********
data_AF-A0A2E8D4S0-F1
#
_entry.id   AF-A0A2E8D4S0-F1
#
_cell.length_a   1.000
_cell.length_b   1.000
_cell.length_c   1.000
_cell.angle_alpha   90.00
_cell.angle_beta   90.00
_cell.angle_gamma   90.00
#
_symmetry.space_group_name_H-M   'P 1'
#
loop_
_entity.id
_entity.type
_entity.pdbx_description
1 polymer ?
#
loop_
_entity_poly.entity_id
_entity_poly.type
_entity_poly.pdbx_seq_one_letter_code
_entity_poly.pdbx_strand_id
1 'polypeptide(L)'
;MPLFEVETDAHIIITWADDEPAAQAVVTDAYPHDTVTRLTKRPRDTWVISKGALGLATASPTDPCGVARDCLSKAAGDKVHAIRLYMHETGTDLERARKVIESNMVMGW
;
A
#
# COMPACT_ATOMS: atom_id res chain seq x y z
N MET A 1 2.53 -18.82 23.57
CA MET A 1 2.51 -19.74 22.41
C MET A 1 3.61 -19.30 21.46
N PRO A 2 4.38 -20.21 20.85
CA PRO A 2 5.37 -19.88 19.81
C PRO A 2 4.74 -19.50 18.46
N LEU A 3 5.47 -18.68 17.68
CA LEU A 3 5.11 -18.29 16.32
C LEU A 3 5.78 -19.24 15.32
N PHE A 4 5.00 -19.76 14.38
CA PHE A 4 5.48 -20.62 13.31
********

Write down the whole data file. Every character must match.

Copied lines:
data_AF-A0A2E8D4S0-F1
#
_entry.id   AF-A0A2E8D4S0-F1
#
_cell.length_a   1.000
_cell.length_b   1.000
_cell.length_c   1.000
_cell.angle_alpha   90.00
_cell.angle_beta   90.00
_cell.angle_gamma   90.00
#
_symmetry.space_group_name_H-M   'P 1'
#
loop_
_entity.id
_entity.type
_entity.pdbx_description
1 polymer ?
#
loop_
_entity_poly.entity_id
_entity_poly.type
_entity_poly.pdbx_seq_one_letter_code
_entity_poly.pdbx_strand_id
1 'polypeptide(L)'
;MPLFEVETDAHIIITWADDEPAAQAVVTDAYPHDTVTRLTKRPRDTWVISKGALGLATASPTDPCGVARDCLSKAAGDKVHAIRLYMHETGTDLERARKVIESNMVMGW
;
A
#
# COMPACT_ATOMS: atom_id res chain seq x y z
N MET A 1 2.53 -18.82 23.57
CA MET A 1 2.51 -19.74 22.41
C MET A 1 3.61 -19.30 21.46
N PRO A 2 4.38 -20.21 20.85
CA PRO A 2 5.37 -19.88 19.81
C PRO A 2 4.74 -19.50 18.46
N LEU A 3 5.47 -18.68 17.68
CA LEU A 3 5.11 -18.29 16.32
C LEU A 3 5.78 -19.24 15.32
N PHE A 4 5.00 -19.76 14.38
CA PHE A 4 5.48 -20.62 13.31